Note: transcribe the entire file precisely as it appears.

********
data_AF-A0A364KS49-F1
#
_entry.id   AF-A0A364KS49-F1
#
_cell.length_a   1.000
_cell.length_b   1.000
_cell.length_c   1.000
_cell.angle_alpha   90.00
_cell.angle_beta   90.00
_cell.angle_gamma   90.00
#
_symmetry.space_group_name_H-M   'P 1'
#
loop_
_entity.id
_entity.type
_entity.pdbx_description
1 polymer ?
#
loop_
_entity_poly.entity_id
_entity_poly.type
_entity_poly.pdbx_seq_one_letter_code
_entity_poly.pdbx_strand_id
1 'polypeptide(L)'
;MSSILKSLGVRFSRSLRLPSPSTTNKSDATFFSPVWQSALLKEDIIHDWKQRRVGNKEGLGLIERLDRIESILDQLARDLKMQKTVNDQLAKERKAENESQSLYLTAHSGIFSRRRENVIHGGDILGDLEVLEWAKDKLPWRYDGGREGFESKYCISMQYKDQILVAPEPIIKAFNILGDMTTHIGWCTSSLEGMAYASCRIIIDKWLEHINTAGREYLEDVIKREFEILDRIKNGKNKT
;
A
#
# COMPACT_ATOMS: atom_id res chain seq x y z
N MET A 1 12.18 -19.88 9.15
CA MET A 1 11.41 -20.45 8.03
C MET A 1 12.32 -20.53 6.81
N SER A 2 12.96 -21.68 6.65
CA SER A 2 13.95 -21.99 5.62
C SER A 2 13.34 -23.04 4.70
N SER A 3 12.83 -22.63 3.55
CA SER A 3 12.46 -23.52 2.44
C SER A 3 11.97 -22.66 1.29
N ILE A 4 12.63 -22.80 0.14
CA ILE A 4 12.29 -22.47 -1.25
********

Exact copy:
data_AF-A0A364KS49-F1
#
_entry.id   AF-A0A364KS49-F1
#
_cell.length_a   1.000
_cell.length_b   1.000
_cell.length_c   1.000
_cell.angle_alpha   90.00
_cell.angle_beta   90.00
_cell.angle_gamma   90.00
#
_symmetry.space_group_name_H-M   'P 1'
#
loop_
_entity.id
_entity.type
_entity.pdbx_description
1 polymer ?
#
loop_
_entity_poly.entity_id
_entity_poly.type
_entity_poly.pdbx_seq_one_letter_code
_entity_poly.pdbx_strand_id
1 'polypeptide(L)'
;MSSILKSLGVRFSRSLRLPSPSTTNKSDATFFSPVWQSALLKEDIIHDWKQRRVGNKEGLGLIERLDRIESILDQLARDLKMQKTVNDQLAKERKAENESQSLYLTAHSGIFSRRRENVIHGGDILGDLEVLEWAKDKLPWRYDGGREGFESKYCISMQYKDQILVAPEPIIKAFNILGDMTTHIGWCTSSLEGMAYASCRIIIDKWLEHINTAGREYLEDVIKREFEILDRIKNGKNKT
;
A
#
# COMPACT_ATOMS: atom_id res chain seq x y z
N MET A 1 12.18 -19.88 9.15
CA MET A 1 11.41 -20.45 8.03
C MET A 1 12.32 -20.53 6.81
N SER A 2 12.96 -21.68 6.65
CA SER A 2 13.95 -21.99 5.62
C SER A 2 13.34 -23.04 4.70
N SER A 3 12.83 -22.63 3.55
CA SER A 3 12.46 -23.52 2.44
C SER A 3 11.97 -22.66 1.29
N ILE A 4 12.63 -22.80 0.14
CA ILE A 4 12.29 -22.47 -1.25